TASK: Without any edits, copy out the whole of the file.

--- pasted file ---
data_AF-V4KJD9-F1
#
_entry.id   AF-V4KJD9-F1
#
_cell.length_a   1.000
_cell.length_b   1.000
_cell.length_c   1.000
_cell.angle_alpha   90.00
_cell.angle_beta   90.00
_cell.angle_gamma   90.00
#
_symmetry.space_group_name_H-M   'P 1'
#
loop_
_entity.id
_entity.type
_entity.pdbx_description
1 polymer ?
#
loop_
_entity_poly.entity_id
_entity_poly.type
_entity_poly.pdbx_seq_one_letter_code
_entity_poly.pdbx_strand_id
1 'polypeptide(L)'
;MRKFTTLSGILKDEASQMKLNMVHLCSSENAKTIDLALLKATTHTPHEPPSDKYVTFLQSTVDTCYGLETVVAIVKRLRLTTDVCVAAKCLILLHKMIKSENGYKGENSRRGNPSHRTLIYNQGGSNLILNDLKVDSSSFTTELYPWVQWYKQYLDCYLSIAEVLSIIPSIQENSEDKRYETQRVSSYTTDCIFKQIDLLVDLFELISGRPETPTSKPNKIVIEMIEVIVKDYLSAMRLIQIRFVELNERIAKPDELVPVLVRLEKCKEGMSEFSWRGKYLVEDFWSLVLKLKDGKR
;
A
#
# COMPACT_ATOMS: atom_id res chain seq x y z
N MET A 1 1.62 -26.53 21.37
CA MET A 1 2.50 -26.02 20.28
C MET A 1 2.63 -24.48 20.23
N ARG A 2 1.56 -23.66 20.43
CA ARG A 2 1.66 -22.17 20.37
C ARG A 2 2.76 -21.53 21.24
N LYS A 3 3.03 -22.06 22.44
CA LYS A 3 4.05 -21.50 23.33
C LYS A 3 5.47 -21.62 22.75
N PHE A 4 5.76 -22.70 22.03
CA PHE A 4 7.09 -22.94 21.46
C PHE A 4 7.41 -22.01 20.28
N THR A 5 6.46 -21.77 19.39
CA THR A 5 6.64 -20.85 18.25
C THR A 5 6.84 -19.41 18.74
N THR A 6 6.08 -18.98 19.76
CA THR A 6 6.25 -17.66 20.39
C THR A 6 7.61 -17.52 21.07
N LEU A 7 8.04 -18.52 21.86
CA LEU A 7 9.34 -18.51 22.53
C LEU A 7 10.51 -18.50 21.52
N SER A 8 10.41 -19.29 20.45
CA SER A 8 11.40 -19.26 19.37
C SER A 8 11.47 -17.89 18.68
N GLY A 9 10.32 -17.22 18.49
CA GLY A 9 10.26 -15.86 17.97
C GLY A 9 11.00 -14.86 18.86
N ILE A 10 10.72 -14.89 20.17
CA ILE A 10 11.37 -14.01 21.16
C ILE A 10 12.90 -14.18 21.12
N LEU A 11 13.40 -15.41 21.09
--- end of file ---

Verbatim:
data_AF-V4KJD9-F1
#
_entry.id   AF-V4KJD9-F1
#
_cell.length_a   1.000
_cell.length_b   1.000
_cell.length_c   1.000
_cell.angle_alpha   90.00
_cell.angle_beta   90.00
_cell.angle_gamma   90.00
#
_symmetry.space_group_name_H-M   'P 1'
#
loop_
_entity.id
_entity.type
_entity.pdbx_description
1 polymer ?
#
loop_
_entity_poly.entity_id
_entity_poly.type
_entity_poly.pdbx_seq_one_letter_code
_entity_poly.pdbx_strand_id
1 'polypeptide(L)'
;MRKFTTLSGILKDEASQMKLNMVHLCSSENAKTIDLALLKATTHTPHEPPSDKYVTFLQSTVDTCYGLETVVAIVKRLRLTTDVCVAAKCLILLHKMIKSENGYKGENSRRGNPSHRTLIYNQGGSNLILNDLKVDSSSFTTELYPWVQWYKQYLDCYLSIAEVLSIIPSIQENSEDKRYETQRVSSYTTDCIFKQIDLLVDLFELISGRPETPTSKPNKIVIEMIEVIVKDYLSAMRLIQIRFVELNERIAKPDELVPVLVRLEKCKEGMSEFSWRGKYLVEDFWSLVLKLKDGKR
;
A
#
# COMPACT_ATOMS: atom_id res chain seq x y z
N MET A 1 1.62 -26.53 21.37
CA MET A 1 2.50 -26.02 20.28
C MET A 1 2.63 -24.48 20.23
N ARG A 2 1.56 -23.66 20.43
CA ARG A 2 1.66 -22.17 20.37
C ARG A 2 2.76 -21.53 21.24
N LYS A 3 3.03 -22.06 22.44
CA LYS A 3 4.05 -21.50 23.33
C LYS A 3 5.47 -21.62 22.75
N PHE A 4 5.76 -22.70 22.03
CA PHE A 4 7.09 -22.94 21.46
C PHE A 4 7.41 -22.01 20.28
N THR A 5 6.46 -21.77 19.39
CA THR A 5 6.64 -20.85 18.25
C THR A 5 6.84 -19.41 18.74
N THR A 6 6.08 -18.98 19.76
CA THR A 6 6.25 -17.66 20.39
C THR A 6 7.61 -17.52 21.07
N LEU A 7 8.04 -18.52 21.86
CA LEU A 7 9.34 -18.51 22.53
C LEU A 7 10.51 -18.50 21.52
N SER A 8 10.41 -19.29 20.45
CA SER A 8 11.40 -19.26 19.37
C SER A 8 11.47 -17.89 18.68
N GLY A 9 10.32 -17.22 18.49
CA GLY A 9 10.26 -15.86 17.97
C GLY A 9 11.00 -14.86 18.86
N ILE A 10 10.72 -14.89 20.17
CA ILE A 10 11.37 -14.01 21.16
C ILE A 10 12.90 -14.18 21.12
N LEU A 11 13.40 -15.41 21.09